Polls currently show that Californians are likely to vote in favor of marijuana legalization come November. Millions have been raised in support of the ballot measure, which includes—because this is California, we're talking about—a heavy regulation and taxation scheme. The best way to keep this state from resisting the free exchange of goods for money is to make sure its workers get a big chunk of it.
Initially, very little money had been collected to fight the measure, but that has changed, thanks to the legalization opponents at Smart Approaches to Marijuana (SAM). The Los Angeles Times today reports that SAM, founded by former Rep. Patrick Kennedy and former President Barack Obama drug policy advisor Kevin Sabet, has raised $2 million to fight California's measure, and also plans to fight initiatives in Maine, Nevada, Massachusetts, and Arizona.
Right now they're still outnumbered in California. The pro-legalization side is approaching $7 million in support. Prior to this round of fundraising, the opposition side (consisting mostly of law enforcement officials) had raised less than $200,000. Nevertheless, we've got three months to go, and plenty of time for anti-legalization media blitzes, which in SAM's case, consists of tying the marijuana industry to "big tobacco" and essentially arguing that legalization is bad because some people will make lots of money off of it. I always find it strange that arguing that people get rich off of selling people something that they want to buy is something that should be treated seriously, and even stranger that it actually works sometimes.
Their argument against legalization has a further grotesque twist. Kennedy and opponents of legalization in California—including the always terrible on individual liberty Democratic Sen. Dianne Feinstein—are attempting to argue that legalizing marijuana will lead to harm and discrimination directed to poor minority communities. They don't mean the drug war that we have right now. They are arguing that legalizing marijuana harms poor minority communities:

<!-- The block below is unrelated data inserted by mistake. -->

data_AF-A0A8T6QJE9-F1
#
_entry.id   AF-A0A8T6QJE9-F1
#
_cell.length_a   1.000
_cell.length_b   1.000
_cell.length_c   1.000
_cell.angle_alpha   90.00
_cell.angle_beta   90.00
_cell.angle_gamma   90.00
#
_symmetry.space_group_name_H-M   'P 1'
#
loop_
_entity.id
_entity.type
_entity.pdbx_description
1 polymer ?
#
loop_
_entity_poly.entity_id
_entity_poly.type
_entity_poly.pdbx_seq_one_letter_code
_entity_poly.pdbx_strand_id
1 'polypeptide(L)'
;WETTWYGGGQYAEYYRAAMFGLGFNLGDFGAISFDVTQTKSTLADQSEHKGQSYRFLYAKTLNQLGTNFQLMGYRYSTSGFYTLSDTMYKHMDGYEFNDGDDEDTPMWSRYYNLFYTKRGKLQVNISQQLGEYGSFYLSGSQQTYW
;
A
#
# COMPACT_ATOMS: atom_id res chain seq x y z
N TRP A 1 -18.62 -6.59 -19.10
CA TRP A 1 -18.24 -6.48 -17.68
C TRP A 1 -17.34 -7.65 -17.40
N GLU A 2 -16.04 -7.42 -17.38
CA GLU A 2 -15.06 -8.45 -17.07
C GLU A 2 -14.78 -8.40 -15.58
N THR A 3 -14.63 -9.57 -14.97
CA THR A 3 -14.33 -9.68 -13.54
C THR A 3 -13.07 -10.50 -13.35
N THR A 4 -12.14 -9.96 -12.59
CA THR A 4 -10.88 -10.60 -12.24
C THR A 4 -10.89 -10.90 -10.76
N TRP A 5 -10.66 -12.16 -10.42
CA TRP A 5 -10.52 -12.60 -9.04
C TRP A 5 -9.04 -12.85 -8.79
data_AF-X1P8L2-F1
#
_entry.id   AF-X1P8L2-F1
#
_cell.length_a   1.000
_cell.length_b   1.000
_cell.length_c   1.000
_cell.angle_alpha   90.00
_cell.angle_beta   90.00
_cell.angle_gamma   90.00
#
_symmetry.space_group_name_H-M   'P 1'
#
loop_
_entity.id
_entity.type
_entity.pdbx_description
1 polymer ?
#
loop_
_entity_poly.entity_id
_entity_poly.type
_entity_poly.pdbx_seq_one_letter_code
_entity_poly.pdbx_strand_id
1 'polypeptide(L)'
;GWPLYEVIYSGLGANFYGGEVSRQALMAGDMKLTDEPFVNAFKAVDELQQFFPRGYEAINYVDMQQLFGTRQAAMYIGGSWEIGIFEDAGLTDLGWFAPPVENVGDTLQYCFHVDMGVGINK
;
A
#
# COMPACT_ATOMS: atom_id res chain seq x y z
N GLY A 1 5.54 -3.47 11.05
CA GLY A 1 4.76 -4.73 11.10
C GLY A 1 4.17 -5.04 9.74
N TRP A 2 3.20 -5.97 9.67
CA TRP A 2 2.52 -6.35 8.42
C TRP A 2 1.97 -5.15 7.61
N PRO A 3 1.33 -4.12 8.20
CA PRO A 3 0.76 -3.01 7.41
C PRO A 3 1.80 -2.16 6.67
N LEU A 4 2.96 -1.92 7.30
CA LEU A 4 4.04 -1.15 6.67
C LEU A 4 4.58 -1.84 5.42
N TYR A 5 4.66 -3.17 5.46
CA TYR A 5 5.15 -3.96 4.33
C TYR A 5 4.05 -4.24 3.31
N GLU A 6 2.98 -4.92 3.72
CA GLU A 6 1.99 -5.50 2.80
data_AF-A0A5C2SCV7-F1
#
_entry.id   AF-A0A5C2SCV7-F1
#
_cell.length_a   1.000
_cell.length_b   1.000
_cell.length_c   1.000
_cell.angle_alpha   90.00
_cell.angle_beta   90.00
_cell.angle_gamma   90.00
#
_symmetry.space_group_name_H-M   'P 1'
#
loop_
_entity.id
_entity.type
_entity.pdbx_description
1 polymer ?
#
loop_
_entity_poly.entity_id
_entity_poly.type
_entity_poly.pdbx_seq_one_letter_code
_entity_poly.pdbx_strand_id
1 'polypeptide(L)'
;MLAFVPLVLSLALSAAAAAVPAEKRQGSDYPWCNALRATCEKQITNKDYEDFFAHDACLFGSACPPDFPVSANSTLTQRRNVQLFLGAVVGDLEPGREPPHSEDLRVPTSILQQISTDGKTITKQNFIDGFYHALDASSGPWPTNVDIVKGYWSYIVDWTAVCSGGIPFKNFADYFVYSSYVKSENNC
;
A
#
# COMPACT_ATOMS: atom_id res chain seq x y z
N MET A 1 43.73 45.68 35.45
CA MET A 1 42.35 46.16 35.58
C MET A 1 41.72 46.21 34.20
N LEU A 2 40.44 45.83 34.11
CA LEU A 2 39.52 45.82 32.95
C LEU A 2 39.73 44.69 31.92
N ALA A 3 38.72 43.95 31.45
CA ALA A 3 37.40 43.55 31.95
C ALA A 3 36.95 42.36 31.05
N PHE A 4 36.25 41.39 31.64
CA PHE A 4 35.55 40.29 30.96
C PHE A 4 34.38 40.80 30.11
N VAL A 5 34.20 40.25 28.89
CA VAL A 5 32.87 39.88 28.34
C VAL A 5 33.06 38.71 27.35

"It is putting our children at risk and has exposed children from communities of color to more racial discrimination than before," said Kennedy, who represented part of Rhode Island in Congress, about the legalization movement. He is the son of the late Sen. Edward Kennedy and the nephew of the late President John F. Kennedy.
In newly released ballot arguments, opponents said the measure would lead to more drugged-driving accidents and pot shops near schools.
"Proposition 64 is an all-out assault on underprivileged neighborhoods already reeling from alcohol and drug addiction problems," said the opposition argument, whose signers include U.S. Sen. Dianne Feinstein (D-Calif.) and Doug Villars, president of the California Assn. of Highway Patrolmen.
Compare this argument to Jacob Sullum's column posted this morning that shows enforcement of drug prohibition is what truly makes life miserable for poor minorities, especially black males. SAM favors some de-escalation of the drug war without legalization, but its forced civil court system and misdemeanors would still likely target poor minorities and force them into expensive programs that feed government and treatment systems. People will most certainly be getting rich off SAM's proposals, just not the same people as those in a legalization scheme.
SAM wouldn't say where the money was coming from, but did say it wasn't from law enforcement sources or casino magnate Sheldon Adelson, who has fought other legalization efforts. Adelson is probably going to have his hands full this election trying to wrangle support for Donald Trump.